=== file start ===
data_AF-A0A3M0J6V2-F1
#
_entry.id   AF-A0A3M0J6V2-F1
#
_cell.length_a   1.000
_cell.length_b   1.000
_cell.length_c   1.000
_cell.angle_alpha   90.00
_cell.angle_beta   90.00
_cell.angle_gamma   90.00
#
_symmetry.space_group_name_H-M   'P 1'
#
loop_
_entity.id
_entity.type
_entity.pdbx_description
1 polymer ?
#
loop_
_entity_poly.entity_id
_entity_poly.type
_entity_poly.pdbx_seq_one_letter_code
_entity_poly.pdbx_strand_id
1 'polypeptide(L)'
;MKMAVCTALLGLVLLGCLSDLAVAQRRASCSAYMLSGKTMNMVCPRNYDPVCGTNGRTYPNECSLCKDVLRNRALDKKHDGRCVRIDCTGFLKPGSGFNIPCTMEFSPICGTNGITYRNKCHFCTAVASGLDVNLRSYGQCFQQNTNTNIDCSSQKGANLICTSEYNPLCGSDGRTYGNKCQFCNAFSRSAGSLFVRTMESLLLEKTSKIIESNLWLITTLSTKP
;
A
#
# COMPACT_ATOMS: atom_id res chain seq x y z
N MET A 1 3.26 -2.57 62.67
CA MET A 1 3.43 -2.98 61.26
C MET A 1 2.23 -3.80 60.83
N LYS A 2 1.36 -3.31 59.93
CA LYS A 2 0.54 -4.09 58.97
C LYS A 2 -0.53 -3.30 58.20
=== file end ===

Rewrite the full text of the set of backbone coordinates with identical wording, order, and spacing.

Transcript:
data_AF-A0A3M0J6V2-F1
#
_entry.id   AF-A0A3M0J6V2-F1
#
_cell.length_a   1.000
_cell.length_b   1.000
_cell.length_c   1.000
_cell.angle_alpha   90.00
_cell.angle_beta   90.00
_cell.angle_gamma   90.00
#
_symmetry.space_group_name_H-M   'P 1'
#
loop_
_entity.id
_entity.type
_entity.pdbx_description
1 polymer ?
#
loop_
_entity_poly.entity_id
_entity_poly.type
_entity_poly.pdbx_seq_one_letter_code
_entity_poly.pdbx_strand_id
1 'polypeptide(L)'
;MKMAVCTALLGLVLLGCLSDLAVAQRRASCSAYMLSGKTMNMVCPRNYDPVCGTNGRTYPNECSLCKDVLRNRALDKKHDGRCVRIDCTGFLKPGSGFNIPCTMEFSPICGTNGITYRNKCHFCTAVASGLDVNLRSYGQCFQQNTNTNIDCSSQKGANLICTSEYNPLCGSDGRTYGNKCQFCNAFSRSAGSLFVRTMESLLLEKTSKIIESNLWLITTLSTKP
;
A
#
# COMPACT_ATOMS: atom_id res chain seq x y z
N MET A 1 3.26 -2.57 62.67
CA MET A 1 3.43 -2.98 61.26
C MET A 1 2.23 -3.80 60.83
N LYS A 2 1.36 -3.31 59.93
CA LYS A 2 0.54 -4.09 58.97
C LYS A 2 -0.53 -3.30 58.20